The Labour leadership is embroiled in a murky polling operation run by a senior MP who has instructed volunteers to deliberately deceive people about their identities and the reason for their calls.

The polls were being run from Parliamentary offices by former Cabinet minister Rick Barker, who has admitted instructing staff to use false names and claim they were calling from a company that no longer exists.

Labour Party president Andrew Little last night said all polling was out of Phil Goff's Leader's Budget. Little said he knew nothing about the operation. "It would concern me very deeply," he said.

Details of the polling emerged after a volunteer involved approached the Herald on Sunday claiming the practice was "unethical".

The volunteer, who is a Green Party member, said it was run by Barker and, when the volunteer participated, took place in Barker's office at Parliament on October 14.

The volunteer said Barker instructed all the helpers, including a Parliamentary staffer, to say they worked for a non-existent company called "Data Research", and to not disclose that they were really working for the Labour Party.

Barker also told staff members they could make up names to use when calling members of the public.

Barker, when questioned, initially said: "I don't know what you're talking about". When provided with details, including dates, Barker said he would call back.

Two hours later, Barker rang and admitted he had encouraged the use of false names by callers. He said he did so to make people feel more comfortable cold-calling.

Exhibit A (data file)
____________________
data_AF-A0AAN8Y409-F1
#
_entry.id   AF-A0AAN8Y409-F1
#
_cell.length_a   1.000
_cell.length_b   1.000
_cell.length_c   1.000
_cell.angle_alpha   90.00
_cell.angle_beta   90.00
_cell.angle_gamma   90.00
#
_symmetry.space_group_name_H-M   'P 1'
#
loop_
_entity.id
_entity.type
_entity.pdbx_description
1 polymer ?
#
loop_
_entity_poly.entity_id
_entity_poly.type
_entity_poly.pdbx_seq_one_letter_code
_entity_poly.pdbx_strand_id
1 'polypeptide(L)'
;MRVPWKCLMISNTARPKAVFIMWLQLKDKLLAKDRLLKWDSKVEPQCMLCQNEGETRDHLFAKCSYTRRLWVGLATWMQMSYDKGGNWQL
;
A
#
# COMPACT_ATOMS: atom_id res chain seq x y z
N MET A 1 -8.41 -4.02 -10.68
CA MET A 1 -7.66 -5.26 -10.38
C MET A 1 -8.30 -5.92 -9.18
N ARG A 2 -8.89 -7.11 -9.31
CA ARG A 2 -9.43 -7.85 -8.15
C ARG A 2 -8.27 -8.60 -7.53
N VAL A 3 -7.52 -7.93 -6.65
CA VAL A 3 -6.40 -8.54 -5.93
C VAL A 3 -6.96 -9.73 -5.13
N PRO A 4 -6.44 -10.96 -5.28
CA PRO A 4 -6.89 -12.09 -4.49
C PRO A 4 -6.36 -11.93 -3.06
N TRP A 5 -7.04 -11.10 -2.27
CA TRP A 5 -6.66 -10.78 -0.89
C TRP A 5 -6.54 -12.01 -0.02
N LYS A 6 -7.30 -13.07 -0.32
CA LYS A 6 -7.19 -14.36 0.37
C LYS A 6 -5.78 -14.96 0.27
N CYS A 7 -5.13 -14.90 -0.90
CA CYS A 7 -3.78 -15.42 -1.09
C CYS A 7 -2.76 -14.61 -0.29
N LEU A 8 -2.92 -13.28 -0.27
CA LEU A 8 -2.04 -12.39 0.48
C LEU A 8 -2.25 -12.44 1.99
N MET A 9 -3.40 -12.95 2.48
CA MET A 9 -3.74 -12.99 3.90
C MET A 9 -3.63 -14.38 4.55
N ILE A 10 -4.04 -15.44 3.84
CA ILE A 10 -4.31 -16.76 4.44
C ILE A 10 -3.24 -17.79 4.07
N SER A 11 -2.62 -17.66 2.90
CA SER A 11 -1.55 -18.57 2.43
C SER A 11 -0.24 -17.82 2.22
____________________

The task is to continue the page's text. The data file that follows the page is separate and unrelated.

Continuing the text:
"I told them: 'You could use another name, if it makes it easier for you to make phone calls. For example, I could be Bill'."

Labour whip Darren Hughes, who sits on the party's leadership council, said he was aware of the polling. He said Barker had spearheaded three polls.

But Hughes defended the use of false names and for callers to not identify that they were representing the Labour Party.

"The name of Data Research was used to get as close to a scientific result as you could, to not influence results because of the way that people feel about a particular party."

He said the use of false names in polling was common: "I'm sure that half the people try to sell us things on telemarketing aren't giving us their real names."

Hughes said the polling was legitimate use of Parliamentary resources because the results were used to understand what the public was thinking and to formulate policy.

The Labour Party once ran a business called Data Research as a polling company but the Companies Office Register says it was struck off in 1997.

A spokesman for Goff said the leader of the opposition was not available to answer questions, but he had consulted members of the leadership council and been told the method of polling carried out by Barker was a mistake. "It won't happen again."

Bryce Edwards, a politics lecturer at the University of Otago, said that the episode appeared to show a misuse of Parliamentary resources: "I would say that any phone polling at Parliament would fall foul of the rules."

"This is very clearly partisan political activity, and pretty hard to sell as a legitimate use of Parliamentary resources."

Privacy Commissioner Marie Shroff said the details of Barker's polling operation raised serious questions and could breach the Privacy Act.